* Academy and Walls: Use them to optimize your already played citizens to the Boule by finding the right Athens tiles. Both are best if you focus on one or two tribes, where the bigger hand of the Academy gives you more freedom to play Athens tiles in the early game, when Athens have many open building spots, while Walls are better in the later game, when Athens gets more crowded. and then when you place a normal building of the color of the same tribe.
* Stoa: This may look purely defensive, as the removal of a Rhetor doesn't give you any direct return. However, it can be used to blackmail Rhetors to stay away from your interest. If you are the law, take advantage of it!



When to bribe

Bribing may seem too expensive, since it not only costs you a citizen but also gives another player a citizen. Thus, it should be used with caution. It's best used when one player has many citizens and another player almost none. The first player may not be able to use all citizens with a good return but the second player may have Athens tiles that benefit both players. Also, since the second player is falling behind, the risk of giving him or her a citizen is smaller.

Another use of bribing is to divert attacks, for example an ostracism or some particularly devastating black Athens tiles.

In other words, bribe is not something you offer others to do what you want, it's something you demand from others for "protection".

When to ostracize

The purpose of ostracism is to bash leaders and that's how it should be used. To be most effective, an ostracism should be well timed. An early ostracism is the most powerful, since this will delay the ostracized player's citizens, but the cost of an early ostracism will most likely delay you as well. A mid-ostracism is less powerful, since the ostracized players most likely have well positioned citizens in the Boule already that will earn him or her citizens in addition to the unplayable ones on the hand. An ostracism should thus be delayed to the second to last round (since it most likely will be too late in the last round), to prevent the player from playing safe Athens tiles and let him or her end the game with unused citizens on the hand.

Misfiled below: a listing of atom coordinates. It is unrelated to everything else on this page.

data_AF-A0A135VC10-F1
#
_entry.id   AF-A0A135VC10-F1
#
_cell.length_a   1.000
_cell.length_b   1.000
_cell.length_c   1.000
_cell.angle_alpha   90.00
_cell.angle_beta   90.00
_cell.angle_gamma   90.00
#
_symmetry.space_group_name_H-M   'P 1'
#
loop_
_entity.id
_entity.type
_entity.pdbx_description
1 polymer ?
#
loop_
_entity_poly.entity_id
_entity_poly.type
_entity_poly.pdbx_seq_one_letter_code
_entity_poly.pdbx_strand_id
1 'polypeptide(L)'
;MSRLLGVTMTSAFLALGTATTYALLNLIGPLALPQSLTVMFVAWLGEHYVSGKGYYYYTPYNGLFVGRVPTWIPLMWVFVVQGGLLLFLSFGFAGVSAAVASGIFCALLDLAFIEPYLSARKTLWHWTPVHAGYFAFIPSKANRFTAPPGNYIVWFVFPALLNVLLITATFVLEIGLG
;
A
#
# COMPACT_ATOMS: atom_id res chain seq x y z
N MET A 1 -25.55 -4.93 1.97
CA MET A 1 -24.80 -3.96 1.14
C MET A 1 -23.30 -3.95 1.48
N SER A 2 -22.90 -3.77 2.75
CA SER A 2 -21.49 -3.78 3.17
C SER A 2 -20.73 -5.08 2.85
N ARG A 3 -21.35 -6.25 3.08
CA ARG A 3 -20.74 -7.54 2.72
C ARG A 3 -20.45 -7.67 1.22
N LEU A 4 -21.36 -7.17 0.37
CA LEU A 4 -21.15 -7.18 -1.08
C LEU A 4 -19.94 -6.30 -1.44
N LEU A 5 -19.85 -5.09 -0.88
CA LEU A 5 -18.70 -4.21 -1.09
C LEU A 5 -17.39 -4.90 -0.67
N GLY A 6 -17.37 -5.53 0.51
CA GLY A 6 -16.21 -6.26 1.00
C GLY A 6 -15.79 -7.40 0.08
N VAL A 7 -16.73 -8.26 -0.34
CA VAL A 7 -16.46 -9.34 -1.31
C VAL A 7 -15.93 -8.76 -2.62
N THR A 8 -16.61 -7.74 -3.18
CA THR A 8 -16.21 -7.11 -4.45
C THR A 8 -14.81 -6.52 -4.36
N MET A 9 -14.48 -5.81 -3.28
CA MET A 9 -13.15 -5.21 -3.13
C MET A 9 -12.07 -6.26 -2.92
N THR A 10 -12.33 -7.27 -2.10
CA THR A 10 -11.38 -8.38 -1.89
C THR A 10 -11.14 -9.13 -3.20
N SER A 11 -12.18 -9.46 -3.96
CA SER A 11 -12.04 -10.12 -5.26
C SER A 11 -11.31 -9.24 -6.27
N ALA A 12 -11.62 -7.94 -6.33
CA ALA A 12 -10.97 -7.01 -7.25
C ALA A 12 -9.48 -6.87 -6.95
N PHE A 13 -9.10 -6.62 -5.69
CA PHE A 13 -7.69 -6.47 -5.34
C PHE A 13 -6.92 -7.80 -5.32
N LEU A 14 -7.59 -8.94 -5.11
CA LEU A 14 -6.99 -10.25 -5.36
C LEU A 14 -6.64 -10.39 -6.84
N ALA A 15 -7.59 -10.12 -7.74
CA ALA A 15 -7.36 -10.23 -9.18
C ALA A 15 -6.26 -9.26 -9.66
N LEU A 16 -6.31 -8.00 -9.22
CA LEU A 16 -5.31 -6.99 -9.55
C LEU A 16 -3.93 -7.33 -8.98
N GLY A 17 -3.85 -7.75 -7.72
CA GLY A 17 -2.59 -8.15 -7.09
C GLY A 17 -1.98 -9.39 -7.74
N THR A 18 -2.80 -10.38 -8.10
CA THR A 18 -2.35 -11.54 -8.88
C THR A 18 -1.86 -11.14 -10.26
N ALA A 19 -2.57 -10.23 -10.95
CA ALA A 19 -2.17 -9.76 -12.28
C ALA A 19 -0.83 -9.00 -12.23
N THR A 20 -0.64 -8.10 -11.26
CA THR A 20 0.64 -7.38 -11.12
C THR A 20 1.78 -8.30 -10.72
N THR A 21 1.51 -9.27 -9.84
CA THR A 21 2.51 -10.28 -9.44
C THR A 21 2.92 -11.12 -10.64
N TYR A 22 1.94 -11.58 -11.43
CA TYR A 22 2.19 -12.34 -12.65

So how do you time the ostracism then? Simply keep track of how many new citizens the leader gets each turn (counting both new citizens from Athens tiles and from the Boule). If the player gets more new citizens than he or she has left in the citizen pool afterwards, it's time for ostracism!

With all those tactical tips in mind, let's finally look at some different long-term strategies.

Strategy 1: The Democrat

For a Democrat victory (depleting your citizens first), you must carefully choose how to play your citizens to maximize your benefits and minimize the other players' benefits. Given your starting hand, choose two tribes for which you'll fight for the majority in the Boule and more or less ignore the other tribes. Typically, those will be your starting tribe and the one matching the color of your votes and Athens tiles. Claim and defend those majorities and play citizens to increase their power to maximize your return but avoid playing citizens that will increase the power of other players. If you must play another color, negotiate with the other players to get one of your colors played in return.

This strategy typically requires one or possibly two of your favored tribes to help you defend the majority by removing opponents' citizens. Do consider temporary removing your own citizens as well, if you have better use for them elsewhere. This may be the case if you have enough majority already or if you expect another tribe to be powerful a round. (In the latter case, you should of course work to decrease the other tribe's power but while it's strong you should take advantage of it.)